WASHINGTON - Raymond J. Keating, chief economist for the Small Business Survival Committee (SBSC), has compiled what he believes are the top 10 pluses for small business in 2003:

1. Pro-growth tax cuts. "The tax cut passed in May was a huge positive for entrepreneurship and small business," he stated. "Lower personal income tax rates gave a boost to the bottom line of most businesses, as 91 percent pay personal rather than corporate income taxes. Also, the reduction in the capital gains tax enhanced incentives for investing and risk taking."

2. Faster economic growth. The economy is now growing at a faster pace - a rate of 8.2 percent in the third quarter - which helps provide new and expanded business opportunities.

3. Job creation on the rise. "The household employment survey - which is far more comprehensive, and better captures entrepreneurship and employment by startups and other small businesses than does the established employer survey - shows that just between September and November, employment rose by more than 1 million," proclaimed Keating.

4. Health Savings Accounts (HSAs). The Medicare prescription drug bill included a provision that Keating said will make health coverage more affordable for small businesses. HSAs - formerly known as medical savings accounts (MSAs) - are now permanent, available to most consumers, and have been "unshackled from unwarranted rules and restrictions," he commented.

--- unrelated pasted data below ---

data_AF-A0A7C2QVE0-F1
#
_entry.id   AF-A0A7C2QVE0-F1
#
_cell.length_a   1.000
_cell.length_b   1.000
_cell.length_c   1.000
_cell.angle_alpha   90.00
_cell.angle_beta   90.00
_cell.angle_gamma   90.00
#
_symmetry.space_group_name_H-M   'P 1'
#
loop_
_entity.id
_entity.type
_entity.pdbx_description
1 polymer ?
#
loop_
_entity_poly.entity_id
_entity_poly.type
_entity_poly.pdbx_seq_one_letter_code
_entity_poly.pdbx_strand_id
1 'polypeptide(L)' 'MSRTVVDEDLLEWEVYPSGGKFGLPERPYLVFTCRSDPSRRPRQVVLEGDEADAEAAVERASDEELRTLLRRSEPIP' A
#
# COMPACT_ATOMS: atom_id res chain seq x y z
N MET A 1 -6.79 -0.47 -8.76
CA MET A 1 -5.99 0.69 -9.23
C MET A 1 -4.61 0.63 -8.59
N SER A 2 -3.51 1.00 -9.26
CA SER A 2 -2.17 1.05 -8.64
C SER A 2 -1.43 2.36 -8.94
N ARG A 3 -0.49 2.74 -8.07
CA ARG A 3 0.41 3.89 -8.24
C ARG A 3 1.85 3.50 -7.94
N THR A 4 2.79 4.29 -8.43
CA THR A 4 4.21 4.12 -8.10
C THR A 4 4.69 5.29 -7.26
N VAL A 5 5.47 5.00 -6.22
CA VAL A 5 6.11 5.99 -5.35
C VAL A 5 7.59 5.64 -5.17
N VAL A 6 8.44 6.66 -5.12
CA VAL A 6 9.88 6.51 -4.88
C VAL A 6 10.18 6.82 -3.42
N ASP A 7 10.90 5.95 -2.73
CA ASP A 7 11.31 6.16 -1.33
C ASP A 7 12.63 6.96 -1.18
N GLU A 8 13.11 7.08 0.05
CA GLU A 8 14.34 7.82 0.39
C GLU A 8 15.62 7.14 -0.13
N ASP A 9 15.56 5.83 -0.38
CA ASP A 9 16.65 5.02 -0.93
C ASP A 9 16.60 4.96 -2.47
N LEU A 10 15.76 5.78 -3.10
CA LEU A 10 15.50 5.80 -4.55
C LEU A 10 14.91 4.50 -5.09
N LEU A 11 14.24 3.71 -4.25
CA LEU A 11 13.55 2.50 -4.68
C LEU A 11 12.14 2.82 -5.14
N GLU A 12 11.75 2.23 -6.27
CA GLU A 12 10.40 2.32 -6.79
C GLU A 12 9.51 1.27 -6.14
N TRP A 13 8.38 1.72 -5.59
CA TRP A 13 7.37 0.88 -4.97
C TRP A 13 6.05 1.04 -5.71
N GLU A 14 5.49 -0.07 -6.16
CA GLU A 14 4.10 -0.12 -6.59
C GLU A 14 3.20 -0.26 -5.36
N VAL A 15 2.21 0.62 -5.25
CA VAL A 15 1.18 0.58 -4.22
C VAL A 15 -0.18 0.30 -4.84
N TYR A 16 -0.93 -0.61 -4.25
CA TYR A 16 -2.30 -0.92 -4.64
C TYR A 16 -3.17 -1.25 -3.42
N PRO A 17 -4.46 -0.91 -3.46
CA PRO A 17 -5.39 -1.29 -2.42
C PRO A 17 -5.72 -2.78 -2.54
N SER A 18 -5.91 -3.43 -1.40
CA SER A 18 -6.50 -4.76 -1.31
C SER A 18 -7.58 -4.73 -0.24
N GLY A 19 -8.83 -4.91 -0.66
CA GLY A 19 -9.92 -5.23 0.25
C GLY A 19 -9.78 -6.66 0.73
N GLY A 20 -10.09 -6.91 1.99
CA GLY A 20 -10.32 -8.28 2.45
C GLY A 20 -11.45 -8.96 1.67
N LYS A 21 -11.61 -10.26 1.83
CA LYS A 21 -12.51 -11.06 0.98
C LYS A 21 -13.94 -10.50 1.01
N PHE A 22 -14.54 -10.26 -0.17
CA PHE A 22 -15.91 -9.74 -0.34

5. Free trade accords. On Sept. 3, President Bush signed free trade agreements with Chile and Singapore. "Free and expanding international trade expands opportunities for small, dynamic U.S. businesses," Keating stated.

6. Repeal of steel tariffs. "In early December, the Bush Administration wisely decided to reverse course and eliminate the steel tariffs it had imposed in March 2002," said Keating. "The higher tariffs had raised costs for small and medium-sized companies in the U.S. that use steel, and destroyed tens of thousands of jobs."

7. Robust stock market. Year to date as of Dec. 16, the Dow Jones was up 21 percent, the Nasdaq had risen by 44 percent, and the S&P 500 had increased by 22 percent. This was good news for current and retirement savings of owners and employees.

8. Low interest rates. The cost to borrow funds is a major issue for small business. "The prime rate fell to 4 percent in July 2003 and has remained there since," Keating noted. "The last time the prime rate was this low was in April 1959."

9. Defeating costly climate measures. In 2003, some climate measures were defeated, which is "a plus for everyone concerned about the costs of energy and economic growth," he said. "While the climate science behind such initiatives is at best dubious, the economics is unmistakably bad, as energy costs would skyrocket and economic growth would slow."

10. Winning the war. "Something that concerns all Americans, including small business owners and their employees, is that our nation is secure and protected," stated Keating.

Publication date: 12/29/2003